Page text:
30 Jun 2022

Man who kicked out at sergeant and patrol car avoids conviction and pays €400 to Garda social fund

Man who kicked out at sergeant and patrol car avoids conviction and pays €400  to Garda social fund

A man charged with a number of public order offences, including kicking out at arresting gardaí, was ordered to pay €400 to the Garda Social Fund and avoided conviction under Section 1(2) of the Probation of Offenders Act.

Dmitrij Daciuk, 32 Thomond Court, Ballymahon, appeared before Judge Seamus Hughes at last week’s sitting of Longford District Court.

Sgt Mark Mahon, for the state, explained that, at 8.30pm on March 22, 2021, gardaí were conducting a checkpoint at Thomond Court, Ballymahon when they observed a vehicle turning away.

“Gardaí followed the car to Thomond Court and observed a male on the road attempting to block the patrol car,” said Sgt Mahon. “He was visibly intoxicated. Gardaí asked for his name and address and he refused to give details. He continued to become aggressive and told the gardaí to f*ck off.

“He was arrested and placed in the patrol car but he resisted and had to be restrained with handcuffs.

“He kicked out at Sgt Reddington and was placed in the car. He continued to kick out at the windows of the car and had to be further restrained - they had to physically lie down on him to avoid damage to the car.

“The whole incident went on for 20 minutes while trying to restrain him.”

Judge Hughes noted that the man had refused to give his name and address and asked if he accepted his conduct in the garda car.

Solicitor for the defence, Mr John Quinn, explained that his client had “absolutely no English”.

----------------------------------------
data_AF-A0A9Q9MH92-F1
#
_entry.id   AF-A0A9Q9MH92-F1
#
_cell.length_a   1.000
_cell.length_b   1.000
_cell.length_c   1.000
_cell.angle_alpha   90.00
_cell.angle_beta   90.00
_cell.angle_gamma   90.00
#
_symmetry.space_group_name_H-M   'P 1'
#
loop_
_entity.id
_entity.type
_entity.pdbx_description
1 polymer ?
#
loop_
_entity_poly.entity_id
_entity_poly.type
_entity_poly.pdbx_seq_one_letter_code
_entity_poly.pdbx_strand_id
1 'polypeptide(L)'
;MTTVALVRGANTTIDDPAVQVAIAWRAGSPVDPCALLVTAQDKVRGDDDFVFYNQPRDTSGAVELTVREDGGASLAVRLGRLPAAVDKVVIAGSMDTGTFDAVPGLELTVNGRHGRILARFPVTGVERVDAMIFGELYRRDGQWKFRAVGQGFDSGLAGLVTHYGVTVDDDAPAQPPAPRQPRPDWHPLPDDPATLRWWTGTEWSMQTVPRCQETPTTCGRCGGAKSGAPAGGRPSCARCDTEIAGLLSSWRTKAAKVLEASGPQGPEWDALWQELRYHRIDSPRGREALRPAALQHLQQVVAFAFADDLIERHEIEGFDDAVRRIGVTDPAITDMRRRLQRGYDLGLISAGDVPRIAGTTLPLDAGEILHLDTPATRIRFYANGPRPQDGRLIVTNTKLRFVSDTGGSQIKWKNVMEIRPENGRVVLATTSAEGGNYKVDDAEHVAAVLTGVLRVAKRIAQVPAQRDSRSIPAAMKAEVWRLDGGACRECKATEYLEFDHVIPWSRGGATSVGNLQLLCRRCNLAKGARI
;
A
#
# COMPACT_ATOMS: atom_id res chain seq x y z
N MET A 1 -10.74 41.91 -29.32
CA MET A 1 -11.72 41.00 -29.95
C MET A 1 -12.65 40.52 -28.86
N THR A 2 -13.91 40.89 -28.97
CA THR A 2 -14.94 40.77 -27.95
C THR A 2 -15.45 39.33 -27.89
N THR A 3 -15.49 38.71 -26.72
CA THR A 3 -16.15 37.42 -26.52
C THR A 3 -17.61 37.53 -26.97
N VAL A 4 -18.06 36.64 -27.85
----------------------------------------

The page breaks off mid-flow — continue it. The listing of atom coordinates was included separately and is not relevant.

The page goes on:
“He had two very good English words that night,” commented Sgt Mahon.

Through his interpreter, Mr Daciuk told the court that gardaí had “pushed” him and that he wanted to know why he was arrested.

“He asks can any person in the street be arrested for no reason,” said the interpreter.

“I think you’ll find there was a reason,” said Judge Hughes, “and whether it was a good cause or otherwise, he cannot get into a garda patrol car and kick a Sergeant or a patrol car.”

The case was put back to second calling to allow Mr Quinn to converse with his client via the interpreter. When it was recalled, Mr Quinn explained that his client was sorry for the incident.

“He’s asking me to apologise profusely for his behaviour. He doesn’t normally behave like this. He had a lot of alcohol that night,” said Mr Quinn.

Judge Hughes ordered Mr Daciuk to pay €400 in court that day but the accused tried to haggle the price down.

“He would be able to pay €300 today,” said the interpreter.

“I might change my mind to €500 but I’ll leave it at €400 for a minute. He can go and borrow €100,” Judge Hughes replied.

“Can I pay less?” Mr Daciuk asked.

“The judge has said €400 has to be paid,” Mr Quinn told his client.

“€400, yes or no,” said Judge Hughes.

“Yes, I’ll pay it,” said Mr Daciuk who proceeded to count €400 in cash from his wallet and hand it in to the court.

Observing this, Judge Hughes remarked, “I set my charge too low, I’m disappointed in myself.”

He noted that Mr Daciuk had no previous convictions and ordered a Section 1(2) POA. The €400 was donated to the Garda Social Fund.

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